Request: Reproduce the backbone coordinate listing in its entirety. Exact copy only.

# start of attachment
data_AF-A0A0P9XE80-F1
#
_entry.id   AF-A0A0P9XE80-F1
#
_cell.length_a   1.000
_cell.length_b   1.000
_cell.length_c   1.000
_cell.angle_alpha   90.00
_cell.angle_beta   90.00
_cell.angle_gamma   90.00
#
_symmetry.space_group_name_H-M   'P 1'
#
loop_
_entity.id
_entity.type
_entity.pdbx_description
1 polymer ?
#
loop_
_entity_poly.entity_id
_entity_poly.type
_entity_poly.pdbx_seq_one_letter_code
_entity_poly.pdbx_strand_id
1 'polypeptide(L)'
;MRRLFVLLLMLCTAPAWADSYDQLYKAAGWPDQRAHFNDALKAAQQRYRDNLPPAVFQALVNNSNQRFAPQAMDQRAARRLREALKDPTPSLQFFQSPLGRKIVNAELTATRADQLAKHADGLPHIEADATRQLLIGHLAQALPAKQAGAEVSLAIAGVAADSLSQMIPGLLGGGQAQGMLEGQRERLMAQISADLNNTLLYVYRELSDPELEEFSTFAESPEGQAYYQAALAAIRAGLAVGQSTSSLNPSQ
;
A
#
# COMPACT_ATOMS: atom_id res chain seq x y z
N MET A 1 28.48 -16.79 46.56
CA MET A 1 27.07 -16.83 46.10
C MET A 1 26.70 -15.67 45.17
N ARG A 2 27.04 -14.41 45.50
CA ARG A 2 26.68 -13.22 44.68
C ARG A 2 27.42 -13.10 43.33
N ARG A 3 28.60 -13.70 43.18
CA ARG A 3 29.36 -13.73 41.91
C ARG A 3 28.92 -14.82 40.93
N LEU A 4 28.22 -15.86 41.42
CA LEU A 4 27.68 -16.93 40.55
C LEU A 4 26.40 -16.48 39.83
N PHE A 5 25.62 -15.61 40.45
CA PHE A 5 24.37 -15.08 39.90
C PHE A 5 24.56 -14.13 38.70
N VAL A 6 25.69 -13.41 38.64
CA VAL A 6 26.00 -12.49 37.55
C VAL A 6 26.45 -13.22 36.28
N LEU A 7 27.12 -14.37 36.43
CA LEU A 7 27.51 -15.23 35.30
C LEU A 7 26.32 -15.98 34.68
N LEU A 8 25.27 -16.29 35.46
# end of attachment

data_AF-A0A0P9XE80-F1
#
_entry.id   AF-A0A0P9XE80-F1
#
_cell.length_a   1.000
_cell.length_b   1.000
_cell.length_c   1.000
_cell.angle_alpha   90.00
_cell.angle_beta   90.00
_cell.angle_gamma   90.00
#
_symmetry.space_group_name_H-M   'P 1'
#
loop_
_entity.id
_entity.type
_entity.pdbx_description
1 polymer ?
#
loop_
_entity_poly.entity_id
_entity_poly.type
_entity_poly.pdbx_seq_one_letter_code
_entity_poly.pdbx_strand_id
1 'polypeptide(L)'
;MRRLFVLLLMLCTAPAWADSYDQLYKAAGWPDQRAHFNDALKAAQQRYRDNLPPAVFQALVNNSNQRFAPQAMDQRAARRLREALKDPTPSLQFFQSPLGRKIVNAELTATRADQLAKHADGLPHIEADATRQLLIGHLAQALPAKQAGAEVSLAIAGVAADSLSQMIPGLLGGGQAQGMLEGQRERLMAQISADLNNTLLYVYRELSDPELEEFSTFAESPEGQAYYQAALAAIRAGLAVGQSTSSLNPSQ
;
A
#
# COMPACT_ATOMS: atom_id res chain seq x y z
N MET A 1 28.48 -16.79 46.56
CA MET A 1 27.07 -16.83 46.10
C MET A 1 26.70 -15.67 45.17
N ARG A 2 27.04 -14.41 45.50
CA ARG A 2 26.68 -13.22 44.68
C ARG A 2 27.42 -13.10 43.33
N ARG A 3 28.60 -13.70 43.18
CA ARG A 3 29.36 -13.73 41.91
C ARG A 3 28.92 -14.82 40.93
N LEU A 4 28.22 -15.86 41.42
CA LEU A 4 27.68 -16.93 40.55
C LEU A 4 26.40 -16.48 39.83
N PHE A 5 25.62 -15.61 40.45
CA PHE A 5 24.37 -15.08 39.90
C PHE A 5 24.56 -14.13 38.70
N VAL A 6 25.69 -13.41 38.64
CA VAL A 6 26.00 -12.49 37.55
C VAL A 6 26.45 -13.22 36.28
N LEU A 7 27.12 -14.37 36.43
CA LEU A 7 27.51 -15.23 35.30
C LEU A 7 26.32 -15.98 34.68
N LEU A 8 25.27 -16.29 35.46